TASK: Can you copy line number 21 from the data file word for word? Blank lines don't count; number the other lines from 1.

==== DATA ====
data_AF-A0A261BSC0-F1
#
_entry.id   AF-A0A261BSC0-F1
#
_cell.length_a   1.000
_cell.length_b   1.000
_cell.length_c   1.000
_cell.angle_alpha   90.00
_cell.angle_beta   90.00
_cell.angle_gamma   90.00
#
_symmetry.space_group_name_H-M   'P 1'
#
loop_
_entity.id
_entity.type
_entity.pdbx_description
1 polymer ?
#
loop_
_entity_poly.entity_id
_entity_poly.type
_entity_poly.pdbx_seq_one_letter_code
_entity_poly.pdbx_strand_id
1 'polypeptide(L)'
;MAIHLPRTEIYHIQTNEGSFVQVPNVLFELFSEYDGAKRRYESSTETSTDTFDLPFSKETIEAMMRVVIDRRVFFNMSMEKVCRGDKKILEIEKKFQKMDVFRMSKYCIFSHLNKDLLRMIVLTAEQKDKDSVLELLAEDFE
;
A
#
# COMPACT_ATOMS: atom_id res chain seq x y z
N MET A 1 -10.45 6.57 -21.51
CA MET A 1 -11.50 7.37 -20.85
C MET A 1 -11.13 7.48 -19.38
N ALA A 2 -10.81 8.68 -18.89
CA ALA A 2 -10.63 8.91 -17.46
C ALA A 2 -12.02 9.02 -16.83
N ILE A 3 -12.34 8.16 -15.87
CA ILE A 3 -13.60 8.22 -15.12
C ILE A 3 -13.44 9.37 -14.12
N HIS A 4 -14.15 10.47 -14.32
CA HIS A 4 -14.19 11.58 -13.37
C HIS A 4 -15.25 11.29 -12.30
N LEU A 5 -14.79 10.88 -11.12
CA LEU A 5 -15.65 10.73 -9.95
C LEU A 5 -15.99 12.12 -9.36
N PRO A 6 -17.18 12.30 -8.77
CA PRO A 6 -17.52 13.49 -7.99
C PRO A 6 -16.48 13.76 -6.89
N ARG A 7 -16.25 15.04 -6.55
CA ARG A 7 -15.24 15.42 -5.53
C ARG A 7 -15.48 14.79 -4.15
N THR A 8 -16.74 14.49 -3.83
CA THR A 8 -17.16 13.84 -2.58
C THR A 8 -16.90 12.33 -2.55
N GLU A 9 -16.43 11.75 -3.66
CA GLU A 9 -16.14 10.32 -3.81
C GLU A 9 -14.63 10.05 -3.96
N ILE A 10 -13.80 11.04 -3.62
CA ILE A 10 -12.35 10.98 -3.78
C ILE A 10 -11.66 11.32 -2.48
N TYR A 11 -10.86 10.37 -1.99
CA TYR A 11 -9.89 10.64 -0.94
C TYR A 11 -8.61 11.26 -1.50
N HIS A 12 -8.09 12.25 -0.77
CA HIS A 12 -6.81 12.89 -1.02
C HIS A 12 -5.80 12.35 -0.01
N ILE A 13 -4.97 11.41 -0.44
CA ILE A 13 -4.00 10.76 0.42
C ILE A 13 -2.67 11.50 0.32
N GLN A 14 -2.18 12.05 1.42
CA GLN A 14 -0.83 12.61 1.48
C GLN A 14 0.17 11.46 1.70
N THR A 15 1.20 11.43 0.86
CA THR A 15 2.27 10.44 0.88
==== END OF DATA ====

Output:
_entity_poly.entity_id